Gambling with the Devil isn’t going to change the way power metal is played, but Helloween already did that 20 years ago. Since the glory days of this band, the genre has evolved immensely. Helloween may not have improved their sound much in the last 20 years, but compared to their last few releases, Gambling with the Devil is a classic. It’s not going to replace their early albums that arguably created the modern power metal sound as the most recommendable albums in their discography, but it’s a relief that Gambling with the Devil gets the band back on track. For better or for worse, it’s a solid power metal release, and playing solid power metal is one thing Helloween certainly knows how to do. Whether you’re looking for a quality power metal album or simply a quality Helloween album to add to your collection, Gambling with the Devil is both a solid and safe bet.



High on Fire (Sludge Metal)

Death is This Communion (2.5/4)- 2007

death is this communion

Death is This Communion is a solid album that shouldn’t disappoint fans of High on Fire. It also does very little to advance their sound, and is occasionally tedious as a result. This is a sludge metal band for people who love sludge metal, and while they’re talented enough to be recommended to newcomers to this dark grimy genre, Death is This Communion is really just one for the fans.


Hinder (Post-Grunge)

Extreme Behavior (1/4)- 2005

 extreme behavior

Extreme Behavior is simply one of the worst and most offensive albums my ears have ever had to endure. Thankfully, it’s derivative enough to remind one of the only marginally bad bands that Hinder rip-off, serving as a much needed distraction from the awful lyrics and painfully off-key singing. I listened to this album so you don’t have to. Please, avoid this at all costs.


The Hives (Alternative Rock)

Veni Vidi Vicious (3.5/4)- 2000

 veni vidi vicious

Veni Vidi Vicious is a brief, but ridiculously fun album that is guaranteed to get caught in your head. Amidst all of the boring pop rock out there, it’s a shame that a group like The Hives are often overlooked. When they’re at their best, such as on Veni Vidi Vicious, The Hives are far catchier than any pop punk band, as well as more original and more energized. I won’t defend it as high art, but it’s also not trying to be. For what it is, Veni Vidi Vicious is outstanding, and a thoroughly entertaining listen.


The Hold Steady (Indie Rock)

Stay Positive (4/4)- 2008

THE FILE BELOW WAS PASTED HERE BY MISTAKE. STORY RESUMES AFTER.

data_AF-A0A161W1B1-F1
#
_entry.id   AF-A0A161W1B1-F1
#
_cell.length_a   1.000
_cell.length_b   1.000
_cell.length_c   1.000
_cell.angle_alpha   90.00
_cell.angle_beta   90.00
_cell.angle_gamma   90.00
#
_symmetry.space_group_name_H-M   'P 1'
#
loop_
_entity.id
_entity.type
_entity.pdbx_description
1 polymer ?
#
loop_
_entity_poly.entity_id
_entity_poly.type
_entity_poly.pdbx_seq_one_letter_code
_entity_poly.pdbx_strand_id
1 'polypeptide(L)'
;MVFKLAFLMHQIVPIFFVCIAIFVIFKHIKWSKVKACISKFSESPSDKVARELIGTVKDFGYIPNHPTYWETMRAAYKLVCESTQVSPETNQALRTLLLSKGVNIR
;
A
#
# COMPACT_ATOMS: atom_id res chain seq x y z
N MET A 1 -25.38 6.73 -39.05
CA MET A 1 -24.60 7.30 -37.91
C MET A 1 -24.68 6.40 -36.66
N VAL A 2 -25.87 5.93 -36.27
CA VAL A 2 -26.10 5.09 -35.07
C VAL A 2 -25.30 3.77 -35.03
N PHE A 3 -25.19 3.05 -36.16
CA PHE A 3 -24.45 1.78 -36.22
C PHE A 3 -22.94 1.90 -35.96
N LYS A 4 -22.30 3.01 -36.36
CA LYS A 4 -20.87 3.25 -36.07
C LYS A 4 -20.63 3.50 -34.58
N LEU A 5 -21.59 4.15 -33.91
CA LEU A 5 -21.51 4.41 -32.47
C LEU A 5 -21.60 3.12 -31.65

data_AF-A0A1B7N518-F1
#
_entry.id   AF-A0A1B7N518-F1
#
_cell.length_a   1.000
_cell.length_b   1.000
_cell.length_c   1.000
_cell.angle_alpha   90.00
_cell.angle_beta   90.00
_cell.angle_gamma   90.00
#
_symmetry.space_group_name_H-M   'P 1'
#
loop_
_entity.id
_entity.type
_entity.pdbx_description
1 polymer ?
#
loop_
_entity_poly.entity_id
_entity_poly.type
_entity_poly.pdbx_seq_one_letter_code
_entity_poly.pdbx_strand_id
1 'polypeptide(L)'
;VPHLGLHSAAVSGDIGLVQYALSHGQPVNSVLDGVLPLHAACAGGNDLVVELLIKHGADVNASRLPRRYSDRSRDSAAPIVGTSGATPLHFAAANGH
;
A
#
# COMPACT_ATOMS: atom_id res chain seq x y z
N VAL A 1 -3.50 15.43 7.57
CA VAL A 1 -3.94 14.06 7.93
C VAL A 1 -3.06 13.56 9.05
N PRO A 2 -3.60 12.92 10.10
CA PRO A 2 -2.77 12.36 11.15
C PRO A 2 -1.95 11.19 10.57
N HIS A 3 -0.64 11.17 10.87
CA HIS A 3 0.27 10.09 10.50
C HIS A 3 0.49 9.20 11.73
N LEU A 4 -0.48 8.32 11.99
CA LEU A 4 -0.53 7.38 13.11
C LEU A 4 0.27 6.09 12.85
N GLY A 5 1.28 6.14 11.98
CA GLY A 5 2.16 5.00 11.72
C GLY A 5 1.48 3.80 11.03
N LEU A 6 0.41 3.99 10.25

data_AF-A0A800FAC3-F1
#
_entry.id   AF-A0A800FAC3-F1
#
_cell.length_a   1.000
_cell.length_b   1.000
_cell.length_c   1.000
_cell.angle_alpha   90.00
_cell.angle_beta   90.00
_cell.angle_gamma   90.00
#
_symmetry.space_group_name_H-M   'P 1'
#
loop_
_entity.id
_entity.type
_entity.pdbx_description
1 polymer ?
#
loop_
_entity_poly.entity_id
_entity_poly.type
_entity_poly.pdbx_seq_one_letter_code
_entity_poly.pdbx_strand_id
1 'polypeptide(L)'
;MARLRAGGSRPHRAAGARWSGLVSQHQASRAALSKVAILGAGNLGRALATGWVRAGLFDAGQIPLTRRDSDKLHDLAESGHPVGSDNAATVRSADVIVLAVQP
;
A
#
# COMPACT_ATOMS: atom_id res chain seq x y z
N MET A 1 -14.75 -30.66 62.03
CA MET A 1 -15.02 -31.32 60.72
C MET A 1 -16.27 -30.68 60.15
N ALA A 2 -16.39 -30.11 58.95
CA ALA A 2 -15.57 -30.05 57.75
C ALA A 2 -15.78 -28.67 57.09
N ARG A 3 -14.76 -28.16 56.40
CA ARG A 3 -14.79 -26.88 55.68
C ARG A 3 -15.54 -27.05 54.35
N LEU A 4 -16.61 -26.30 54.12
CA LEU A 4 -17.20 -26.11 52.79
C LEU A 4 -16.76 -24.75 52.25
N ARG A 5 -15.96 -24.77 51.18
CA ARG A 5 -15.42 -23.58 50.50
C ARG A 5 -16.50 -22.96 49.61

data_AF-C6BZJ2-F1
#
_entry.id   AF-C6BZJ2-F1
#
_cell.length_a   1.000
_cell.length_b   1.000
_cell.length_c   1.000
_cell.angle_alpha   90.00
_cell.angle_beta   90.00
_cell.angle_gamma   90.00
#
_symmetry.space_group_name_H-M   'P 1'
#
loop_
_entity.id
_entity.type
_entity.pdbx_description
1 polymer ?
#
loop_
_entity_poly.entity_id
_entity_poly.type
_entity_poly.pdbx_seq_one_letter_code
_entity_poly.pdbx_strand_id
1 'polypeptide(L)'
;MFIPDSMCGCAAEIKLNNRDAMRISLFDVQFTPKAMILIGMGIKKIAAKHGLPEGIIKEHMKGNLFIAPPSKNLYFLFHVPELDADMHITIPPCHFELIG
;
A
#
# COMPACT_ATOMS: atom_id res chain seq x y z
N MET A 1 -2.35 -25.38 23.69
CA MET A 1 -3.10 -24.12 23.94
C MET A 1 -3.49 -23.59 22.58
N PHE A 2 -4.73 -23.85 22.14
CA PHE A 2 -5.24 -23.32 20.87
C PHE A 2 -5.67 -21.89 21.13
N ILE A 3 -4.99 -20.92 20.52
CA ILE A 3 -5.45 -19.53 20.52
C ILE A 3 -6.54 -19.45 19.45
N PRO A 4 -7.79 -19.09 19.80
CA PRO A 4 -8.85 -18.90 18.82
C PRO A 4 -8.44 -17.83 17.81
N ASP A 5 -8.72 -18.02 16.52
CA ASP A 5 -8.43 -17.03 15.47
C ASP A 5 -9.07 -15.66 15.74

stay positive

Simply, The Hold Steady’s Stay Positive is a masterpiece in every respect. The album as a whole is a masterful collection of stories that come together to paint a beautiful picture of life. On their own, each song is a masterpiece, as each contains a poetic story full of vibrant characters dealing with genuine issues, but the concept that the stories make is even better. Stay Positive is an album that anyone can relate to, and it’s unique musically as well. The lyrics are deep and poetic, and it’s easy to get lost in thought interpreting the stories and metaphors. This is an album for music lovers, poetry lovers, and intelligent listeners, and anyone who fits into one or more of those categories should give it a listen.



Hurt (Hard Rock)

Vol. II (3/4)- 2007

vol 2

Hurt is one of the few modern radio rock bands worth supporting. Just like their first album, Vol. II is more ambitious than the typical modern hard rock album, and although it doesn’t succeed at everything it tries, it makes more for an interesting listen. Anyone who purchased Vol. I should add Vol. II to their collection without hesitation, as the band as shown a good amount of improvement and evolution in the last year. Anyone who has heard and liked the single “Ten Ton Brick” should also consider Vol. II, and even those just looking for something unique and ambitious in a genre that has become tired and generic would probably enjoy what Hurt has done on this record. Hurt hasn’t put it all together yet, but Vol. II still has enough going for it to warrant a high recommendation for modern and/or mainstream rock fans. This is a band with a very promising career ahead of them.